Airlines are like sinking ships where one is constantly plugging leaks, according to a visiting Canadian academic.

Dr John Wensveen, Dean of the School of Aviation at New York’s Dowling College, says that it is the nature of the beast… that airline business models are very different from any other industry.

Wensveen told a seminar at Sydney’s Institute of Transport & Logistics Studies that the airline industry is in a new operating environment, one that’s not going to retreat. He calls it ‘re-think’ mode.

Amongst his observations:

Typically airlines have used business plans created for other industries rather than creating one that works just for the industry… but an airline model has more elements in it than a generic business plan… (and) flexibility is the key to success in this business. If you can’t be flexible and accommodate the environment you operate in then you are going to be in trouble.

One thing airlines have not been good at in the past was asking customers what they wanted from an airline, they just assumed… now in order to remain competitive you have to go to your customer and ask them what they want… And you need to listen.

Airlines have traditionally been managed by a silo design, with all the decisions made at the top of the silo, rather than allowing people at the middle and lower levels of management to actually make decisions. Instead everybody is an implementer based on a very small team at the top. That’s not maximizing on the internal resources.

All too often we duplicate our work structures… (with) different departments doing the same thing and not even realizing it. Internal communications flow is very important.

There is a new type of labour evolving, Generation Y, who are different from the way that people used to work before. They don’t like to be told what to do, they like freedom and they have different tools that they need to make things happen. So you need a management team that understands the new generation of labour that’s out there.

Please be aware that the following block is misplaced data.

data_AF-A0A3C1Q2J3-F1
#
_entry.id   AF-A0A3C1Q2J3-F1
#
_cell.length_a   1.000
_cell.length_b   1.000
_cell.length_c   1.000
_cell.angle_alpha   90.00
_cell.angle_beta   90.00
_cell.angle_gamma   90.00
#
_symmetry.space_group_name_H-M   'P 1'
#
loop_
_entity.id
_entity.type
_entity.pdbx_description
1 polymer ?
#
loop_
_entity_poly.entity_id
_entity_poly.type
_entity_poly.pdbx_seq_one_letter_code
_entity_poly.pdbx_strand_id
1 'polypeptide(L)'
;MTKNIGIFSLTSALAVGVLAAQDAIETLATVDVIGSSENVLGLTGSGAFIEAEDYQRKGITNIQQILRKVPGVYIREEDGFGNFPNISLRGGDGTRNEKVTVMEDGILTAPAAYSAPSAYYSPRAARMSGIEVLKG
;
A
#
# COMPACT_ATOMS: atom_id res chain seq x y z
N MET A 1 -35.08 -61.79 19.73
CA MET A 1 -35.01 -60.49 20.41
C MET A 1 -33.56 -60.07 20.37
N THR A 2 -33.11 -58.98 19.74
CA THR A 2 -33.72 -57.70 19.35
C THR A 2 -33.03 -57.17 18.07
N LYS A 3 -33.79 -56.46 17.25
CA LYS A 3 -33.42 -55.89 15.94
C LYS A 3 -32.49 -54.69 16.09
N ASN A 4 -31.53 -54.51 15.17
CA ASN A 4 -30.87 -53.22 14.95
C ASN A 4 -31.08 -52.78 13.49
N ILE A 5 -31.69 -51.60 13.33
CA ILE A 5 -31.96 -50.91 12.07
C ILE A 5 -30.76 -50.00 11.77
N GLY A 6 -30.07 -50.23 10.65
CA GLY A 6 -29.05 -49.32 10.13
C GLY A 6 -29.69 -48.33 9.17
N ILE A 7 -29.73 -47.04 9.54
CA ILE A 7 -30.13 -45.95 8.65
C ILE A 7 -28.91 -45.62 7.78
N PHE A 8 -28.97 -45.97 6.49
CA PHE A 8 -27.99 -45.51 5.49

We have to understand that the industry is changing… we have to revitalize our strategies in order to be a long-term thinker…

People don’t expect anything from an air carrier anymore… people will complain but they’ll go back to the same air carrier if they continue to get the same deal…

There’s no such thing as a low-cost carrier, there never will be. Everybody has the same structure of cost, just different volumes of cost…

We are beginning to see mini alliances develop amongst those so-called low-cost carriers… it is now possible to fly the entire world on low-cost carriers that have partnered with one another in some sort of loose affiliation…We have what’s called interactive marketing agreements beginning to grow. These are not IATA agreements, which are official legal documents that mean that all carriers involved in the agreement are liable for the passenger and their baggage etc. IATA agreements are beginning to fizzle a little bit as these new interactive marketing agreements evolve, as loose agreements between air carriers that don’t hold you liable for a passenger unless you are actually transporting him. So it keeps costs down.

We have lots of mergers and acquisitions taking place in different regions of the world with these new carriers that are evolving; but we also have new versions of the regional and feeder network. Traditionally regional carriers were affiliated with a major legacy carrier, but the regionals have realised that the legacy carriers are their downfall, so they are tending to disconnect and operate as an independent business…

We have the legacy carriers that are getting bigger through alliances, partnerships, mergers and acquisitions. We have all kinds of low-cost carriers emerging. We have the regional/commuter. And we also have the network specialist, someone that has a very specialized network, like Privatair, operating behind the scenes for corporations, providing scheduled charter network services. We have the product specialist… high-end products at low fares. Then we have the price specialists…

The Middle East airlines are not the natural survivors, despite any access to cheaper fuel, because they have poor business models… and they have little opportunity for growth because of small home markets.

Ëurope will probably not achieve deregulation, because the complexity of the government structures is not conducive to relaxing governmental control. While the US is moving to a re-regulated environment, with deregulation clearly being a failure.

Plenty there to stimulate debate, at least…


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